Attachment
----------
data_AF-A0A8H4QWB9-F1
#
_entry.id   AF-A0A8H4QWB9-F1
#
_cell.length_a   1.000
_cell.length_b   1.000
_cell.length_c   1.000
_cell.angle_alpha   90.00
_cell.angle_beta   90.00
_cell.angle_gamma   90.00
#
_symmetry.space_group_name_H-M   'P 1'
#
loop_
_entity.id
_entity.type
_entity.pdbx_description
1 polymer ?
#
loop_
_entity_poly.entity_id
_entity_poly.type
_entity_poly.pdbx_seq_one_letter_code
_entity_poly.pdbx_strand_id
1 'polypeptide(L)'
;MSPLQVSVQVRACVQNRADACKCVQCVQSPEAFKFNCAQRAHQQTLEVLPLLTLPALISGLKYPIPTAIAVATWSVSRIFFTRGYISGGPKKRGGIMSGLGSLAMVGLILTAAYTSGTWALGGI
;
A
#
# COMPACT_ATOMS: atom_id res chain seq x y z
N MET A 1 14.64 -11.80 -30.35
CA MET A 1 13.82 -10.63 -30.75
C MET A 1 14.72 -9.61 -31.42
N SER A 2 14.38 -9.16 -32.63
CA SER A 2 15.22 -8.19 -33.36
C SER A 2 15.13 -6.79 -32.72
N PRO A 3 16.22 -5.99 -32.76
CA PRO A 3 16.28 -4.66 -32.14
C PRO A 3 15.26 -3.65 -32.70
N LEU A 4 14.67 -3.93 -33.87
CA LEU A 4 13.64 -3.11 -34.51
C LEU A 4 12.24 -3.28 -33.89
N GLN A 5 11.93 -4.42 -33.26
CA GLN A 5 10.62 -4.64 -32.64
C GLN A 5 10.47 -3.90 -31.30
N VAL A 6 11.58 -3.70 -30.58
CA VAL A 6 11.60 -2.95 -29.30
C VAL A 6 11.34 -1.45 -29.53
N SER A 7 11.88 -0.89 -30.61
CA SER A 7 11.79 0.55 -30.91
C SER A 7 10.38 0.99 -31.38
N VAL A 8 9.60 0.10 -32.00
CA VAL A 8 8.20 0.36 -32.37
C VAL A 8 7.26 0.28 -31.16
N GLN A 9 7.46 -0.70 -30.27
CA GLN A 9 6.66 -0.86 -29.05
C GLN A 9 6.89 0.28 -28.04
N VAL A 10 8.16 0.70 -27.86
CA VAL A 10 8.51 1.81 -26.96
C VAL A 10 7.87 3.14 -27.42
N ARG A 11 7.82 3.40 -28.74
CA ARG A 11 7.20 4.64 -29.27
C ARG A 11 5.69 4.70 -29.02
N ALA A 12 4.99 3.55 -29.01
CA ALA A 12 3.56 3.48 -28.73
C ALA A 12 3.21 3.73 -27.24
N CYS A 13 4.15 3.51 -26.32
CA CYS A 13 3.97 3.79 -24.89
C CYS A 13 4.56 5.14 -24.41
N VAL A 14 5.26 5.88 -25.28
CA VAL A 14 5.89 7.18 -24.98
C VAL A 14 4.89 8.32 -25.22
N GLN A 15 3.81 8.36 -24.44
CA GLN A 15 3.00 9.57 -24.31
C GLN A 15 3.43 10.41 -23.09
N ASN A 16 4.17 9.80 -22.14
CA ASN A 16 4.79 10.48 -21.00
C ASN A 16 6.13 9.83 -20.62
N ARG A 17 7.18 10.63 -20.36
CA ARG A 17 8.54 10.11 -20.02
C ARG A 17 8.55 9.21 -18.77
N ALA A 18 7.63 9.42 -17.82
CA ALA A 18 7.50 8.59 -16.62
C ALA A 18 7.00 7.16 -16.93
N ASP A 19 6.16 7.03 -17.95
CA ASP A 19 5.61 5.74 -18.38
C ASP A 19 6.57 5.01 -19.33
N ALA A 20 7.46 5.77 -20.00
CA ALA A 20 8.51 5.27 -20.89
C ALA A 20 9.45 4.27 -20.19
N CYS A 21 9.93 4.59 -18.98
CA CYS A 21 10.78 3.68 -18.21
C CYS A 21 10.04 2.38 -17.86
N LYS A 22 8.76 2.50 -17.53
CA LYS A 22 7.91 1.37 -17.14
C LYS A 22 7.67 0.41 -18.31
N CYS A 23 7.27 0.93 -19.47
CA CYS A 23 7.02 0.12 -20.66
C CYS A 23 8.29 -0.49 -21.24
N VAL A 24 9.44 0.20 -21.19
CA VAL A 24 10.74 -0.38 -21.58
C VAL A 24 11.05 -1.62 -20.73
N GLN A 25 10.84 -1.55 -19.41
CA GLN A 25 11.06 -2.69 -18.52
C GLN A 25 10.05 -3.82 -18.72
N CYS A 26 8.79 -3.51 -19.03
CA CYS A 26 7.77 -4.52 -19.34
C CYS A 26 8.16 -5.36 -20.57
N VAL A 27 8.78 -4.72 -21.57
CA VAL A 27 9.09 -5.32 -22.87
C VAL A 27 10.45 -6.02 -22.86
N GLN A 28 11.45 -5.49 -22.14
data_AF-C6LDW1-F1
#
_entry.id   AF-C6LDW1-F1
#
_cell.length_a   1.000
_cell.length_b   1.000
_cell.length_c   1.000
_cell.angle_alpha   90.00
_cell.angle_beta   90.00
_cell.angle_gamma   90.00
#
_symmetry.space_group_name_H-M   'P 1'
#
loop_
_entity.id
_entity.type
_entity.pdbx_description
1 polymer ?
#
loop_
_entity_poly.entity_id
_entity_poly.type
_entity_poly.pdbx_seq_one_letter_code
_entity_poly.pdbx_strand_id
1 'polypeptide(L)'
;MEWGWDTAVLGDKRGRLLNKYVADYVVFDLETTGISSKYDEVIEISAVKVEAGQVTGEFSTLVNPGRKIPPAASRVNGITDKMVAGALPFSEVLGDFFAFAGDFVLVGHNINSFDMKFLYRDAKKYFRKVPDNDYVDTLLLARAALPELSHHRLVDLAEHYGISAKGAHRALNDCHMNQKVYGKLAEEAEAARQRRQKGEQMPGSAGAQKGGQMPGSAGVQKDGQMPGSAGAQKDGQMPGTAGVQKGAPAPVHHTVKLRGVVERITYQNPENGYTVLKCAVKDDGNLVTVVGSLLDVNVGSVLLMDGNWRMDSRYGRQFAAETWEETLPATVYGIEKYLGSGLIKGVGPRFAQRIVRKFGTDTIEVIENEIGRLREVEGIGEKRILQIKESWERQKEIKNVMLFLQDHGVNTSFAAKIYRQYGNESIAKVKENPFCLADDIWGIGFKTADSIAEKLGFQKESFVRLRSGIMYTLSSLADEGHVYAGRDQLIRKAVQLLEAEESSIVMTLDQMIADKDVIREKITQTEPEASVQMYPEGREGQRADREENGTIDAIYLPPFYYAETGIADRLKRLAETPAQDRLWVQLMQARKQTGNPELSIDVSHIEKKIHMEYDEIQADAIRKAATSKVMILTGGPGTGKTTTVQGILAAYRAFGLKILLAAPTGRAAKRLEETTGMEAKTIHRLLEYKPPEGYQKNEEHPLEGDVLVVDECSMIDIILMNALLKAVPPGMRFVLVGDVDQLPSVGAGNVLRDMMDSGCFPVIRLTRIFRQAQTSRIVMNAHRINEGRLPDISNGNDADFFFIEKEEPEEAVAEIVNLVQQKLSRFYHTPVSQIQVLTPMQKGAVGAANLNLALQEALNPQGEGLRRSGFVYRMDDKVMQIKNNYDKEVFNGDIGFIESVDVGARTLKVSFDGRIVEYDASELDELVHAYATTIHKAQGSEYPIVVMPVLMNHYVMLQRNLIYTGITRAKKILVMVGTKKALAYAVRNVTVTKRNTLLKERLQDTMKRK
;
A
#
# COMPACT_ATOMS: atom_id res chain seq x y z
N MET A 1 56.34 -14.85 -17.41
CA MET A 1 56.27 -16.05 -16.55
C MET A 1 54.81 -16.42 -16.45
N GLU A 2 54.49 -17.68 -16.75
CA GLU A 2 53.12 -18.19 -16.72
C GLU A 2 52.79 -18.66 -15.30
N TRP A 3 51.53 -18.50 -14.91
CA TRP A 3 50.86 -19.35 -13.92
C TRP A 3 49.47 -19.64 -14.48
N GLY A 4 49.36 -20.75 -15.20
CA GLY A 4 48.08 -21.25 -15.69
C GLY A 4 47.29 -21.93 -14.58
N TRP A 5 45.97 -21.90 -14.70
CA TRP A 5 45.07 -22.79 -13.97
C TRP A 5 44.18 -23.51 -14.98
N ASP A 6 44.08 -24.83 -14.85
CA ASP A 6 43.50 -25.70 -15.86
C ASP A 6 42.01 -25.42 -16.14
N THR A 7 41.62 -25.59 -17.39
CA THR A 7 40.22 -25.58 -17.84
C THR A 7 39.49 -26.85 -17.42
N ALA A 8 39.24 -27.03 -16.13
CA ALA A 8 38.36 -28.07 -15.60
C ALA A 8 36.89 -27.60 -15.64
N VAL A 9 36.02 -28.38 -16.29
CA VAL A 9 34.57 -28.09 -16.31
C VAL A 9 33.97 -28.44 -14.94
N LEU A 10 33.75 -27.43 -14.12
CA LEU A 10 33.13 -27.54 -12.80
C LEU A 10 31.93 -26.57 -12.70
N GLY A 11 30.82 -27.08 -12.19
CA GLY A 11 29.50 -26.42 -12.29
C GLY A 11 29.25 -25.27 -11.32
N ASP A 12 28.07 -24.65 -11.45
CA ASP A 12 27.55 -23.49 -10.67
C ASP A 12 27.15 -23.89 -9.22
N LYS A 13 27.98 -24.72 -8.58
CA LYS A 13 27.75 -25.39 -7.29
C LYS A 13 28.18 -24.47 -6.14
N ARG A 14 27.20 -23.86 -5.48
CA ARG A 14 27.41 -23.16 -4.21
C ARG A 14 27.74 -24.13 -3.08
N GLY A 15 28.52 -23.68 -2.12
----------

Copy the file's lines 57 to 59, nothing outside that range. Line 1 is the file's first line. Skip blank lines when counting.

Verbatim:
C GLN A 9 6.89 0.28 -28.04
N VAL A 10 8.16 0.70 -27.86
CA VAL A 10 8.51 1.81 -26.96